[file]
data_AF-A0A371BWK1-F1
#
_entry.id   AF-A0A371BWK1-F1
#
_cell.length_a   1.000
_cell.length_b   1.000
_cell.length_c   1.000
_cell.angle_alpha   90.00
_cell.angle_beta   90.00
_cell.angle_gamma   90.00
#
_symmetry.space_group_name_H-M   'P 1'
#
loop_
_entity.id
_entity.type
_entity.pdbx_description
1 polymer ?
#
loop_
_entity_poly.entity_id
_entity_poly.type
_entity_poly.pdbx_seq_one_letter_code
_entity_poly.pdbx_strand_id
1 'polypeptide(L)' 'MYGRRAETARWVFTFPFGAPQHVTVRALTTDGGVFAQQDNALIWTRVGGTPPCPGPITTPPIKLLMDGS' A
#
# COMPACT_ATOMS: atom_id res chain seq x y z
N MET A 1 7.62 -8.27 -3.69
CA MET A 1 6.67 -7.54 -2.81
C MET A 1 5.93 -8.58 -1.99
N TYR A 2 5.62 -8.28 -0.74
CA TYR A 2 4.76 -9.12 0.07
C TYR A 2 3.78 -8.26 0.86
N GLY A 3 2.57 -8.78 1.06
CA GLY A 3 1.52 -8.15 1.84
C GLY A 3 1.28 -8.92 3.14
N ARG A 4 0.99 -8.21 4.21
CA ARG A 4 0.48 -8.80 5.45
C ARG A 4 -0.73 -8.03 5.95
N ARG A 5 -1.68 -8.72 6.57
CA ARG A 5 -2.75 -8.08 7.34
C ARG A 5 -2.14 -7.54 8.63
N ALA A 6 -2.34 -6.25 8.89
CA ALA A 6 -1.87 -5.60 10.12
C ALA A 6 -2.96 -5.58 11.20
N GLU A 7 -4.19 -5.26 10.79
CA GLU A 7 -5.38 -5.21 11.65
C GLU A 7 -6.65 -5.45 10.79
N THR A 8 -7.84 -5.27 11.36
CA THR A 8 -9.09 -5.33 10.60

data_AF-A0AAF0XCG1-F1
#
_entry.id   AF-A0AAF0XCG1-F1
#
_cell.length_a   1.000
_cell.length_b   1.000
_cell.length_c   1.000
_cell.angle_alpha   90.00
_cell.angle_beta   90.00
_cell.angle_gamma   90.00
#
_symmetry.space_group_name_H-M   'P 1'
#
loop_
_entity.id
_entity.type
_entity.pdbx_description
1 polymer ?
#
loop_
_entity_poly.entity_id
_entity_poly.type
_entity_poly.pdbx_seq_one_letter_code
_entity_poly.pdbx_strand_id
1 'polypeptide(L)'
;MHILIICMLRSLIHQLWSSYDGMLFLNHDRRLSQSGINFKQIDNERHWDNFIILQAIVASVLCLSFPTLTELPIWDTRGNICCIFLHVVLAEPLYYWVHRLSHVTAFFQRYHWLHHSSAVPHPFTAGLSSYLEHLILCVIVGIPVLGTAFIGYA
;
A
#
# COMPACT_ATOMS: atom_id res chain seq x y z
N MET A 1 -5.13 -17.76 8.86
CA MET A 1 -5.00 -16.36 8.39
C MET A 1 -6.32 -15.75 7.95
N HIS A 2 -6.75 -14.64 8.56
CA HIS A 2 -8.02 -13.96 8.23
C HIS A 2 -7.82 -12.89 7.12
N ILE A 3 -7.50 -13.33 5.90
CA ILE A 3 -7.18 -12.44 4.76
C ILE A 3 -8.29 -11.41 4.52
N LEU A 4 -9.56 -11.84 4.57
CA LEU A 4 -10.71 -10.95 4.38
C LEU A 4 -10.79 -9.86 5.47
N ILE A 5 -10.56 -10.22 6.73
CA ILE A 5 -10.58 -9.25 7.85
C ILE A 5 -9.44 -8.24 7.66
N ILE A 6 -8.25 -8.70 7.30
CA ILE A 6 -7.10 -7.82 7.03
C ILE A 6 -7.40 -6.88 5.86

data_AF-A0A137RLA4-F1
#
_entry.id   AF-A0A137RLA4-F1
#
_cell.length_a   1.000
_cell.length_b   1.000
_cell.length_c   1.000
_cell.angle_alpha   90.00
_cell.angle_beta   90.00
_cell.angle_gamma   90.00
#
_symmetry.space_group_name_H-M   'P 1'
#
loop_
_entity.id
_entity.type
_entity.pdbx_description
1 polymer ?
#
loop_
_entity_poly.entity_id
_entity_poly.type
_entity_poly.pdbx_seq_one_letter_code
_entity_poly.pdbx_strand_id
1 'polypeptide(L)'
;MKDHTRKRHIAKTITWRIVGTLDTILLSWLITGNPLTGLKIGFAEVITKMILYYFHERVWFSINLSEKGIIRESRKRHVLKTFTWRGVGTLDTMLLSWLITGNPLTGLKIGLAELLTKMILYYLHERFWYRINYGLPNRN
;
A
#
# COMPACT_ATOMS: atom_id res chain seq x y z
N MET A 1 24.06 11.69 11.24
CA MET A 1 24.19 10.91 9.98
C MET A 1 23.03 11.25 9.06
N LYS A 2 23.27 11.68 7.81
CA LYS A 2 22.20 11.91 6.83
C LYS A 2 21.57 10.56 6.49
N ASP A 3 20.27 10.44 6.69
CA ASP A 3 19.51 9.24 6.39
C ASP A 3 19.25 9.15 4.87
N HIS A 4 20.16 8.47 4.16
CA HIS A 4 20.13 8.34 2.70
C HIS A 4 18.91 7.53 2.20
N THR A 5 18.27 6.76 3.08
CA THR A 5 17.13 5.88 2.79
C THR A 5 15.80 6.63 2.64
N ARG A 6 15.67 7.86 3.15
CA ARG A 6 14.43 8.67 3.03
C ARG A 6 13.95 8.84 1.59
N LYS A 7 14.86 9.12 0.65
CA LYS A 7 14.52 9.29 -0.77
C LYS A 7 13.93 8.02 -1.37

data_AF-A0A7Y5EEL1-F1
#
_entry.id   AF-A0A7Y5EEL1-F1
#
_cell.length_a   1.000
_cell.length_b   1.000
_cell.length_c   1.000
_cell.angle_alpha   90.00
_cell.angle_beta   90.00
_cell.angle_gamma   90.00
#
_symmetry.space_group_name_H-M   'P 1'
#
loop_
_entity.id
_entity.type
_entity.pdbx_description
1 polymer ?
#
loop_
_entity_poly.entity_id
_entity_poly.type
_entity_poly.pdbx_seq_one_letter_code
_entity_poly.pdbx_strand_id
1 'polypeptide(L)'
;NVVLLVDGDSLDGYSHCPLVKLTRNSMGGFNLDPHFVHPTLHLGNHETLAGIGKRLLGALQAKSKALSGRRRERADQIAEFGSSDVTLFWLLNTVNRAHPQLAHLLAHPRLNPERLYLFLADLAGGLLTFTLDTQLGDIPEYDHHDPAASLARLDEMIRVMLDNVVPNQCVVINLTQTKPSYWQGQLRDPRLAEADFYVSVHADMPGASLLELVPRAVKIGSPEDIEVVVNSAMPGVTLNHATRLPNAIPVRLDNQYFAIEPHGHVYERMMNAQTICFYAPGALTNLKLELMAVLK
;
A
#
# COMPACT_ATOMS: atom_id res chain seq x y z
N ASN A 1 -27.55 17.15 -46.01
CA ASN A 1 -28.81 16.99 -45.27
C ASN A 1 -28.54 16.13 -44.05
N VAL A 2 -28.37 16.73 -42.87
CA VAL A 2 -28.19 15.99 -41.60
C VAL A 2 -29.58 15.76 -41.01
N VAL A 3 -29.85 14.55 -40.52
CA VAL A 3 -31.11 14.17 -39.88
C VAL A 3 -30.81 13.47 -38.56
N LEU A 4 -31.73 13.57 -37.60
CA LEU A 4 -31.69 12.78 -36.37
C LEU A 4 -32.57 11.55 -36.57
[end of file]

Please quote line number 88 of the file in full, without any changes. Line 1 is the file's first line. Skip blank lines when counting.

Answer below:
CA ILE A 3 -7.18 -12.44 4.76